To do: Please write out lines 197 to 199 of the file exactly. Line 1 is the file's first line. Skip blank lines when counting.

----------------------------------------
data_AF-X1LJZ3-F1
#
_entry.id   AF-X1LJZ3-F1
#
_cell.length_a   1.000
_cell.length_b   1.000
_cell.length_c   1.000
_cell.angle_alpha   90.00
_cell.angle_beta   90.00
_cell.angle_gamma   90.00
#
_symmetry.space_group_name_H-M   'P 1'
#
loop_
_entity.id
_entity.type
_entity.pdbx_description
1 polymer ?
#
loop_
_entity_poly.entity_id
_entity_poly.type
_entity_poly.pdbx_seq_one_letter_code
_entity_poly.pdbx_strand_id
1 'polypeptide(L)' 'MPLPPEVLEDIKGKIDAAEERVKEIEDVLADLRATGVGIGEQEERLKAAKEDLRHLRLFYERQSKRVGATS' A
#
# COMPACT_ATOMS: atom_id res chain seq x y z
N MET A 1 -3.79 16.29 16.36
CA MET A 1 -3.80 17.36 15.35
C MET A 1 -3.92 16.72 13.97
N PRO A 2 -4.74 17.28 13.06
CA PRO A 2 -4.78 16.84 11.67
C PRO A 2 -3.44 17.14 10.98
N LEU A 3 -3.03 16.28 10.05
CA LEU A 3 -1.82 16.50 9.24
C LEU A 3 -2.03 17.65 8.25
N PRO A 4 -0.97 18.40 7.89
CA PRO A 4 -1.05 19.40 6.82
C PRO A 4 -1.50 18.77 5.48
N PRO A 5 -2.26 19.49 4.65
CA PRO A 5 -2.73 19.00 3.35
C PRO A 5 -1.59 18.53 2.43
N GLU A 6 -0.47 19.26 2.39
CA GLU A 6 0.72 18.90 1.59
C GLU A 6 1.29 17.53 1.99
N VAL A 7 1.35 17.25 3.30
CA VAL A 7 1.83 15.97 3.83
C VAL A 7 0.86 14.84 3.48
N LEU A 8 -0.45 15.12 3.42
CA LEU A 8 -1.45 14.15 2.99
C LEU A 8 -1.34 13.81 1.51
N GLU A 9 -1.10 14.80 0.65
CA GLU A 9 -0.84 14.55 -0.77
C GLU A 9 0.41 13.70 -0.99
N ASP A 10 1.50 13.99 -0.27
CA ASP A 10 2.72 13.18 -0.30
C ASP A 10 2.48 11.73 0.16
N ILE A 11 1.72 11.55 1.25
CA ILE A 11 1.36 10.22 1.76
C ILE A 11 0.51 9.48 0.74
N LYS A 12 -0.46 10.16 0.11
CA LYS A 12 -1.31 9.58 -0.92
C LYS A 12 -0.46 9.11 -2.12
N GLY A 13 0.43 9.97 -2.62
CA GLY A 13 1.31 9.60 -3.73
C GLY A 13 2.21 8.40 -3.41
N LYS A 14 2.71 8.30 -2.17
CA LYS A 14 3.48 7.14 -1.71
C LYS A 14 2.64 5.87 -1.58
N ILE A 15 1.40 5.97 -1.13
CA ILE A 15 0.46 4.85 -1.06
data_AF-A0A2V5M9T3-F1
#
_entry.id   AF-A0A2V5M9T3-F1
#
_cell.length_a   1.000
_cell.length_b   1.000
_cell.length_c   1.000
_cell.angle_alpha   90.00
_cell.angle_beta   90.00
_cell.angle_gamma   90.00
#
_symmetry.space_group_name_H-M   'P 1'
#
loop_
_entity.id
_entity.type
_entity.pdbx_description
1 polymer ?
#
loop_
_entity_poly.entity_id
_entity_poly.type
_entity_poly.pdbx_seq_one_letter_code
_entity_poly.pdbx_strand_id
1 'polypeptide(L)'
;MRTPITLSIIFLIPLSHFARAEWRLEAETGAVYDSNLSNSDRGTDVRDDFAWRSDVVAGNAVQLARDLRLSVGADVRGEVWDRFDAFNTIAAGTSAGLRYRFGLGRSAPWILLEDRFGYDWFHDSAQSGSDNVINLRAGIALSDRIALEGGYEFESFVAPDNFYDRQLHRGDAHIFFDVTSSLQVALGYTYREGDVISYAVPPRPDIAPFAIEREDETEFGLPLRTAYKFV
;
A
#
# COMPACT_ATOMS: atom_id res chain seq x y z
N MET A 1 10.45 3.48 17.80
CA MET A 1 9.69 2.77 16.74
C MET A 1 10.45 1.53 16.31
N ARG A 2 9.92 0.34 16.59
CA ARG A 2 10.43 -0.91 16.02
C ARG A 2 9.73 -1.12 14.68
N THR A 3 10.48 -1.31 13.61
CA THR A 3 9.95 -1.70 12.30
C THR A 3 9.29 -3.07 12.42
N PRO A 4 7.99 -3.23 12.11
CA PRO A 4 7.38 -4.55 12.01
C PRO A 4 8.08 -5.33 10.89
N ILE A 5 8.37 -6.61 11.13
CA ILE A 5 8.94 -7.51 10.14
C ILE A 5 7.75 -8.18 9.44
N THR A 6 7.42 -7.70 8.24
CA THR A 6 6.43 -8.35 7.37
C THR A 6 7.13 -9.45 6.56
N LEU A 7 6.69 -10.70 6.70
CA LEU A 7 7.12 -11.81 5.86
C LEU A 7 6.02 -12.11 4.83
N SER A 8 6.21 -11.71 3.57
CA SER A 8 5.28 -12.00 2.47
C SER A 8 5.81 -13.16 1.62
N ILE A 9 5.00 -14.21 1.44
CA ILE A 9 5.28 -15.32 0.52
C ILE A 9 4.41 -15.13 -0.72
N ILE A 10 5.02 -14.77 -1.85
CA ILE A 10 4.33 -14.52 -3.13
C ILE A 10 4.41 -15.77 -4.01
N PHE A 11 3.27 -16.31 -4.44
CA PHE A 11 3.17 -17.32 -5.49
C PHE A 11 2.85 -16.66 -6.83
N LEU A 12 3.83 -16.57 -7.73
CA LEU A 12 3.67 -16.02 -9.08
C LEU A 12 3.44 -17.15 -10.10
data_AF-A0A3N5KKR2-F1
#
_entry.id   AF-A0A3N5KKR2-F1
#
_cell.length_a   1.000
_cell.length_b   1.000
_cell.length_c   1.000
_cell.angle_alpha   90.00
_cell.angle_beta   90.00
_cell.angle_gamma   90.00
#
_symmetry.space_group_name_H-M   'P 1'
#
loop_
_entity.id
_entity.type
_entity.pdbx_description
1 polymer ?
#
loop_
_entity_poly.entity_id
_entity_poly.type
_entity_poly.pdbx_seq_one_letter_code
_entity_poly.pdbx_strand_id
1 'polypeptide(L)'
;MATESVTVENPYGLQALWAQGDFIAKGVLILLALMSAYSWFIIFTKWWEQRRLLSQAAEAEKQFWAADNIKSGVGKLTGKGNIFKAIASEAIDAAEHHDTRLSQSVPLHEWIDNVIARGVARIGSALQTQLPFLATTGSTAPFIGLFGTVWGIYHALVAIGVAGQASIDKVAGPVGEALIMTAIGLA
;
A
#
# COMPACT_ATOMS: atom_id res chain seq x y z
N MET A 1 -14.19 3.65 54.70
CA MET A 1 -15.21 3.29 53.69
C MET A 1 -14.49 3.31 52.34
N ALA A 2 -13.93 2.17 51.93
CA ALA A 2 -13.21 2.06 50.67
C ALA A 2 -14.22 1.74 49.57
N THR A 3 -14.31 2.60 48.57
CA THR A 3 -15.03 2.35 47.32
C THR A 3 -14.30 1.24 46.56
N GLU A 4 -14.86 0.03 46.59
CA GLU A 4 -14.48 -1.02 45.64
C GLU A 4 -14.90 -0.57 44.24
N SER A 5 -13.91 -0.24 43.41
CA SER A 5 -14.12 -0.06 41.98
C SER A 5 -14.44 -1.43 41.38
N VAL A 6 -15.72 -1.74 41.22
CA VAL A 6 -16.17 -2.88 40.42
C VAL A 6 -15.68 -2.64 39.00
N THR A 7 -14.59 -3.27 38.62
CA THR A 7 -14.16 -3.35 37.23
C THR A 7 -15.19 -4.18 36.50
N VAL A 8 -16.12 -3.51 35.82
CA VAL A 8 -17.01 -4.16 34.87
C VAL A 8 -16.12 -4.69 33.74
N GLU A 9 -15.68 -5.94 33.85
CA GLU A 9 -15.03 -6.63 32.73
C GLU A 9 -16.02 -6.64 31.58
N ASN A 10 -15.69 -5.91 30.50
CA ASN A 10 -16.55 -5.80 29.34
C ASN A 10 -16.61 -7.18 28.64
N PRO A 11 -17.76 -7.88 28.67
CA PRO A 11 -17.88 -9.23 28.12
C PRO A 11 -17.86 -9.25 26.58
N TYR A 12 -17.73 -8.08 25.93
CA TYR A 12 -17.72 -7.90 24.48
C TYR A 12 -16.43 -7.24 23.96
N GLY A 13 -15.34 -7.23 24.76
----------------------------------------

C ASN A 10 -16.61 -7.18 28.64
N PRO A 11 -17.76 -7.88 28.67
CA PRO A 11 -17.88 -9.23 28.12